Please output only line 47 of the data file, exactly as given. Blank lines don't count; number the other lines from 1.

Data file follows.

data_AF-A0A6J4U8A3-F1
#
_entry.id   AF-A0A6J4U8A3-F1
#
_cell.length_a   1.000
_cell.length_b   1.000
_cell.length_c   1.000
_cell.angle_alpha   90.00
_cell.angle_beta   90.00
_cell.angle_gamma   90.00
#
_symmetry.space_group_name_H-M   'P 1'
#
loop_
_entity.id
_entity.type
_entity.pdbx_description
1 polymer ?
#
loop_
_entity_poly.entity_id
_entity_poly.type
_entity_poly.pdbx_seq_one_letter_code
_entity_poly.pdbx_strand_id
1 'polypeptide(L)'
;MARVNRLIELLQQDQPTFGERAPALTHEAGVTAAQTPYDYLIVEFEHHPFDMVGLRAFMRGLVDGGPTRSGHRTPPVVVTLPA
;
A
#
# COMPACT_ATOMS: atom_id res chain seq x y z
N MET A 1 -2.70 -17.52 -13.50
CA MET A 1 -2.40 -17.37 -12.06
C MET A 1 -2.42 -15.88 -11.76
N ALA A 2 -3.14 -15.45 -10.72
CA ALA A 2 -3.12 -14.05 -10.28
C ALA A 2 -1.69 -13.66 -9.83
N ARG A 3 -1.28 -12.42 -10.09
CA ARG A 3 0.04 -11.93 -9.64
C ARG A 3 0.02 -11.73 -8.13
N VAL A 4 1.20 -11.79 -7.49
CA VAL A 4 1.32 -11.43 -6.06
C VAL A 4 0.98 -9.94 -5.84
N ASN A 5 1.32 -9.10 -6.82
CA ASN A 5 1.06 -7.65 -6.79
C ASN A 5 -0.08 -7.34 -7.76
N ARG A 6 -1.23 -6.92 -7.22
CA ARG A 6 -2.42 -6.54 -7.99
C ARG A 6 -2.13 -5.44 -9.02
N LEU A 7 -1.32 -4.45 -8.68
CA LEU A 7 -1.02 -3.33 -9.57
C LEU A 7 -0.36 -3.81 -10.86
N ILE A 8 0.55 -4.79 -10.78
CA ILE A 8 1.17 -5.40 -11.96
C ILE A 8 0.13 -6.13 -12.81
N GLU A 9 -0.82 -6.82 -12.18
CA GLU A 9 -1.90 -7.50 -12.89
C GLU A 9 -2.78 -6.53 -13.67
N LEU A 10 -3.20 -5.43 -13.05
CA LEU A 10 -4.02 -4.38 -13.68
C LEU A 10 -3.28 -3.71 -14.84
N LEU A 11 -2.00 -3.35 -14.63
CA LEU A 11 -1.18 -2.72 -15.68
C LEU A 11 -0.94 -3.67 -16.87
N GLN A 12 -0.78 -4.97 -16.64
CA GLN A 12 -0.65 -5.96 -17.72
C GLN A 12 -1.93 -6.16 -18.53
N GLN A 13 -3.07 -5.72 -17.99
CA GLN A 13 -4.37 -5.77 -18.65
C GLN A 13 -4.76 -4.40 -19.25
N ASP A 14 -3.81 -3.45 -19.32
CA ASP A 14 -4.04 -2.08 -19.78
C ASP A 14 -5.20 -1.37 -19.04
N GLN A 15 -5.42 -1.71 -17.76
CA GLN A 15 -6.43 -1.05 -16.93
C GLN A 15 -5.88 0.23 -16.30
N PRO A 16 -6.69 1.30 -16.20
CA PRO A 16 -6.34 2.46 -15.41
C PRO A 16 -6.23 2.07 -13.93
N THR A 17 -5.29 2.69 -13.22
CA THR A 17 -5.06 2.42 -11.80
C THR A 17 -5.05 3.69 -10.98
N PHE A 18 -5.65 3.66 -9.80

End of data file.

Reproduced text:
CA ARG A 6 -2.42 -6.54 -7.99